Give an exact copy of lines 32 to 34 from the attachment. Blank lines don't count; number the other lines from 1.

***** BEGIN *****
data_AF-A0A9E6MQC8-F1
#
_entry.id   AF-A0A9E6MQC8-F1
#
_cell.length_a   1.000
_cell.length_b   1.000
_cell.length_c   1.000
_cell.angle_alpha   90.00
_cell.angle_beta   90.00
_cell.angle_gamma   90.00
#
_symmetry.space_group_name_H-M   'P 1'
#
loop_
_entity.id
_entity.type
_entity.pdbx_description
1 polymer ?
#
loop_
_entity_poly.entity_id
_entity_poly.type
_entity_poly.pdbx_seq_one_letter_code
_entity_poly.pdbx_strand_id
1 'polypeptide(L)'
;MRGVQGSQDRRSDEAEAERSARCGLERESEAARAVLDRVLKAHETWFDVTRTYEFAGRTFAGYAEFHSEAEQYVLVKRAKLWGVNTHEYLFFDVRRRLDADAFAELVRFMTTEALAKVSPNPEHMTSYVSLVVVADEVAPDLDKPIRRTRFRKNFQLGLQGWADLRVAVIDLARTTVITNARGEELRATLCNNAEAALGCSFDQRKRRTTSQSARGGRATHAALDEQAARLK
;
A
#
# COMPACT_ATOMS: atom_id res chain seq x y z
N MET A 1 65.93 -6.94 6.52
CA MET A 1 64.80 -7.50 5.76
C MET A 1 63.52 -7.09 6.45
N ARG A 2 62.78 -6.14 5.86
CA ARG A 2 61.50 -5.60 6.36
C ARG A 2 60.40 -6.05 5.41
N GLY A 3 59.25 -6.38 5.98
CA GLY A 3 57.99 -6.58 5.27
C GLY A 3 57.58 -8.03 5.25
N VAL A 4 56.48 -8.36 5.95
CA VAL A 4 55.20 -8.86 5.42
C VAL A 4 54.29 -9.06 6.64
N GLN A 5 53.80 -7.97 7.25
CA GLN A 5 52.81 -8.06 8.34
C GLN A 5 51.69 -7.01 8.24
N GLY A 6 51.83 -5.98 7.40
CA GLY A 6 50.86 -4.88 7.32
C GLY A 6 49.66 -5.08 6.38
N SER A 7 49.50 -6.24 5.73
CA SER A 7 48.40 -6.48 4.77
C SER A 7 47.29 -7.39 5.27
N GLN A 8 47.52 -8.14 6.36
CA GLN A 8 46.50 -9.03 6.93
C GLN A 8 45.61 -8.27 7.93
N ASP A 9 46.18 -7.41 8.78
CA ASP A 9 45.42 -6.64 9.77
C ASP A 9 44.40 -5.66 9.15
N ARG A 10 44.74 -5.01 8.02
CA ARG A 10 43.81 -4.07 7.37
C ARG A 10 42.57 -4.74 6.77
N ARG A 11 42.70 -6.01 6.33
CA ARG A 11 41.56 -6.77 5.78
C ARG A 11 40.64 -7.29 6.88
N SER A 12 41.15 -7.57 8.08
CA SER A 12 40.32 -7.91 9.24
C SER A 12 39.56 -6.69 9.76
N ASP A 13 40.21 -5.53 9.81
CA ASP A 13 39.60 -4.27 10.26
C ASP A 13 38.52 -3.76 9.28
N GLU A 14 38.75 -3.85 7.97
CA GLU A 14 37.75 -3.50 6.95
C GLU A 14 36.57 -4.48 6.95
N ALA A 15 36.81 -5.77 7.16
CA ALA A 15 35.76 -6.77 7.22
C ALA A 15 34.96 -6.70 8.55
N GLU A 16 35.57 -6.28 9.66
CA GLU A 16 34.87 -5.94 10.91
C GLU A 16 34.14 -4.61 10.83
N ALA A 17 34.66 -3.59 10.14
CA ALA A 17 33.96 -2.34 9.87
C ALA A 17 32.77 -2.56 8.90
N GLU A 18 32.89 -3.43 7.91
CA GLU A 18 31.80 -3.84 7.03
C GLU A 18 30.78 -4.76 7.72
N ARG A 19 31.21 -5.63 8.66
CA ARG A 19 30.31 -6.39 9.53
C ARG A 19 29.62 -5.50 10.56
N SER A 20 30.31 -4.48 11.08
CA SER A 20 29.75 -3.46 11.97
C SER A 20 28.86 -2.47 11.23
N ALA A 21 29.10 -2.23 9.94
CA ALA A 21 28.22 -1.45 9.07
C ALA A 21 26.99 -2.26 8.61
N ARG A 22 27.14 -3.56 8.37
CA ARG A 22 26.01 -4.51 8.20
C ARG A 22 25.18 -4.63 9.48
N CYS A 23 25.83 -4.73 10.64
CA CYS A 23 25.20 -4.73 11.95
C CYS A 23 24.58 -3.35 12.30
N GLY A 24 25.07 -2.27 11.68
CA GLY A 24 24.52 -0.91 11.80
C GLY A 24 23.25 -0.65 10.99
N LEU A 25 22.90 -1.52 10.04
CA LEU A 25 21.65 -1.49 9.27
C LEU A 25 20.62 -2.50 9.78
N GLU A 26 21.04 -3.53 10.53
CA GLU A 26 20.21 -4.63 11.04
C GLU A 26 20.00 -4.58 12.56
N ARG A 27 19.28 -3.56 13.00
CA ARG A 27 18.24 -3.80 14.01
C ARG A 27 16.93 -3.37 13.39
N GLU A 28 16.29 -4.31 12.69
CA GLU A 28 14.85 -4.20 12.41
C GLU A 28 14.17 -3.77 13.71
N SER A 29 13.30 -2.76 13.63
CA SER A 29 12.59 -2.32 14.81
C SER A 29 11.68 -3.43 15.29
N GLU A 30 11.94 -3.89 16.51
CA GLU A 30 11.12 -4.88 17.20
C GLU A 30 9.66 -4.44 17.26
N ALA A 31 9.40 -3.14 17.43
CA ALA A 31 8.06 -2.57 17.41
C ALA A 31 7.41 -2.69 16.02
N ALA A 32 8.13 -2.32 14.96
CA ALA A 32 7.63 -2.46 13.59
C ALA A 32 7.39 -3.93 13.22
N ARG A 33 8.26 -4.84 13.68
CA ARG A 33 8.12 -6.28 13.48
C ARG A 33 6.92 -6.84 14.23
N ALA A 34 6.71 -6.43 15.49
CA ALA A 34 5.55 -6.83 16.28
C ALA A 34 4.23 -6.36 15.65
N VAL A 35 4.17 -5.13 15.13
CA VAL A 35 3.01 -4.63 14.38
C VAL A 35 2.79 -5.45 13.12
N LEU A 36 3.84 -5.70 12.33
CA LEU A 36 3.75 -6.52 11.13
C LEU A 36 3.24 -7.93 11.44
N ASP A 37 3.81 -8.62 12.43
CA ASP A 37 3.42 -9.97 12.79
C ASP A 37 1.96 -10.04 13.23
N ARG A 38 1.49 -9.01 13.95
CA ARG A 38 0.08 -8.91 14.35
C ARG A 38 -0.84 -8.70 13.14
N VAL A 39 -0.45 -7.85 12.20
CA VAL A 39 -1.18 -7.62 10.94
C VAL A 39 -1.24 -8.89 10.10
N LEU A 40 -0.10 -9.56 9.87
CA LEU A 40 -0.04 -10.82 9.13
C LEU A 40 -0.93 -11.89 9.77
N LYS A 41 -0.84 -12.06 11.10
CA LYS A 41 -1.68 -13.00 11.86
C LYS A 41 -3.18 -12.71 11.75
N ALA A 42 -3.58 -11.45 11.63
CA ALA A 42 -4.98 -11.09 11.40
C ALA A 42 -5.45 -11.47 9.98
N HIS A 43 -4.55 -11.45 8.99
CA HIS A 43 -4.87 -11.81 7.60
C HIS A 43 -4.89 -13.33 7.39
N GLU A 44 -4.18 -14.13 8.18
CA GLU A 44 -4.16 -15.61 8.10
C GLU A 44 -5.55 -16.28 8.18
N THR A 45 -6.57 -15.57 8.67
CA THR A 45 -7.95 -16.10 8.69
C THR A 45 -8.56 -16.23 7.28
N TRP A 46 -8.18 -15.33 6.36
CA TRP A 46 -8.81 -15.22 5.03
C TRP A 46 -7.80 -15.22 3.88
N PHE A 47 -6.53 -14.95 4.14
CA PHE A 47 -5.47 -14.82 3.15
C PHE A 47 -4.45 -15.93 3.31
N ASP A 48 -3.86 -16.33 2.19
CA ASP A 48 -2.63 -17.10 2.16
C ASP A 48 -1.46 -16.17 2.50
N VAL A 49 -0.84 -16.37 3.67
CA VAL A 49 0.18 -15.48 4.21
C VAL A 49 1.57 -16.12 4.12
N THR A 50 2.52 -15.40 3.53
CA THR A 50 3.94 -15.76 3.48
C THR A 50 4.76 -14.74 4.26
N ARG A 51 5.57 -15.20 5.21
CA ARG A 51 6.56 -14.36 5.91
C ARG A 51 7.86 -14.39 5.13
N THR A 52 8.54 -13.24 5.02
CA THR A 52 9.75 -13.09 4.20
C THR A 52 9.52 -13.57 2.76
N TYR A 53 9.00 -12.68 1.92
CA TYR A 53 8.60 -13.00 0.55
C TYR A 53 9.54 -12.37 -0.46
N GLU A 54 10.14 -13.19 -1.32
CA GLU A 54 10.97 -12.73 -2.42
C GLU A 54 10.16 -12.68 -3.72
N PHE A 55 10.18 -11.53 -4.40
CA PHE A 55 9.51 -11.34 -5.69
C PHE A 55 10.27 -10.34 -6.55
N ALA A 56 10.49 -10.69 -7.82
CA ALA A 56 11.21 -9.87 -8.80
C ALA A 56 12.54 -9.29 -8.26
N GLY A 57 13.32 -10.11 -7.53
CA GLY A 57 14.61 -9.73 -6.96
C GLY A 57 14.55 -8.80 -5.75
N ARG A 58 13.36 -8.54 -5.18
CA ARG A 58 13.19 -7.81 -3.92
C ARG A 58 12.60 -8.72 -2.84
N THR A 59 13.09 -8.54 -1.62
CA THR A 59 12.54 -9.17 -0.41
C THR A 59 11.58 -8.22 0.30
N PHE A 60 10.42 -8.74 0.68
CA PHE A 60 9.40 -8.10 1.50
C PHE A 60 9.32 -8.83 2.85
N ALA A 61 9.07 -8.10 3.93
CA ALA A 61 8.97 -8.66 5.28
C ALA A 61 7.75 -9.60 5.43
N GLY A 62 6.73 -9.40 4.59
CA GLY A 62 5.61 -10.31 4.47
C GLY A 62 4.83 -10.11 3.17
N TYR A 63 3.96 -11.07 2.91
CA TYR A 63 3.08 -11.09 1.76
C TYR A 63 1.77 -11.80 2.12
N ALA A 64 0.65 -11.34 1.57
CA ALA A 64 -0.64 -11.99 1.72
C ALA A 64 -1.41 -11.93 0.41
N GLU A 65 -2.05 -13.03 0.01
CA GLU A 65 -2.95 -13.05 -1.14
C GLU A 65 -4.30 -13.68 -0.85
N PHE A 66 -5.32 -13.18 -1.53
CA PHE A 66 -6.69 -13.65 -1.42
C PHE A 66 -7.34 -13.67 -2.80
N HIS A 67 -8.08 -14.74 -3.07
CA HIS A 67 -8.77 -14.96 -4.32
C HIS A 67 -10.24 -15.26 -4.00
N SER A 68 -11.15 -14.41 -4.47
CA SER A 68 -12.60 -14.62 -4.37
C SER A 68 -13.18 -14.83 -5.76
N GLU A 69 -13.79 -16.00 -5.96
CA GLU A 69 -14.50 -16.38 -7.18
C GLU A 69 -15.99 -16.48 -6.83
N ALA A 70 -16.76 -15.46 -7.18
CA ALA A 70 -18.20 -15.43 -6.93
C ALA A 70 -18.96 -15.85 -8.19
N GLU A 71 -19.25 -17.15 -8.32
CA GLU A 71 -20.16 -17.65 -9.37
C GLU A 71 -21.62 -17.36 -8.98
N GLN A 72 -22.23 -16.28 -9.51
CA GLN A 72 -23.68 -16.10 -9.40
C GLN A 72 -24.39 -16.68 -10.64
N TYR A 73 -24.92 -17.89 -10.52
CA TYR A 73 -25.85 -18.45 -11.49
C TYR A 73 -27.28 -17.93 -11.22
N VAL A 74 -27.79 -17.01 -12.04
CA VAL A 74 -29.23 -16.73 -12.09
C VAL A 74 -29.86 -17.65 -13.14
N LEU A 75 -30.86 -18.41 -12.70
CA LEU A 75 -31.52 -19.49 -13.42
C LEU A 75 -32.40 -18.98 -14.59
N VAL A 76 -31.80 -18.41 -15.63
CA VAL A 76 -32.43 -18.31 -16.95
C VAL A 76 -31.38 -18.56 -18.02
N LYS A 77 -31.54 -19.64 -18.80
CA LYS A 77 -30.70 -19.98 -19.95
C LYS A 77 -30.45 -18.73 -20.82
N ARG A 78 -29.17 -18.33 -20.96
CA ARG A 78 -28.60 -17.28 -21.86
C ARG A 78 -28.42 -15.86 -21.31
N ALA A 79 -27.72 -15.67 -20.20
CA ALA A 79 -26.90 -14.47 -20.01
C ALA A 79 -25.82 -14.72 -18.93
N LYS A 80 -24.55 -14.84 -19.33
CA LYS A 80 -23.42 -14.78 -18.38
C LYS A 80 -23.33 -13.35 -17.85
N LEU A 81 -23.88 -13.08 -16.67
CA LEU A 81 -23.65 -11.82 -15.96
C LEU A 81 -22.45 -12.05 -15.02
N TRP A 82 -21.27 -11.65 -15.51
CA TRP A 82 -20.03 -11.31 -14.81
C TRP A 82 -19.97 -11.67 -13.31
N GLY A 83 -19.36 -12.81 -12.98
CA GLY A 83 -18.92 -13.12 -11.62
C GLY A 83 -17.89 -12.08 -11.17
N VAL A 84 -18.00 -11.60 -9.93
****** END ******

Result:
CA MET A 1 64.80 -7.50 5.76
C MET A 1 63.52 -7.09 6.45
N ARG A 2 62.78 -6.14 5.86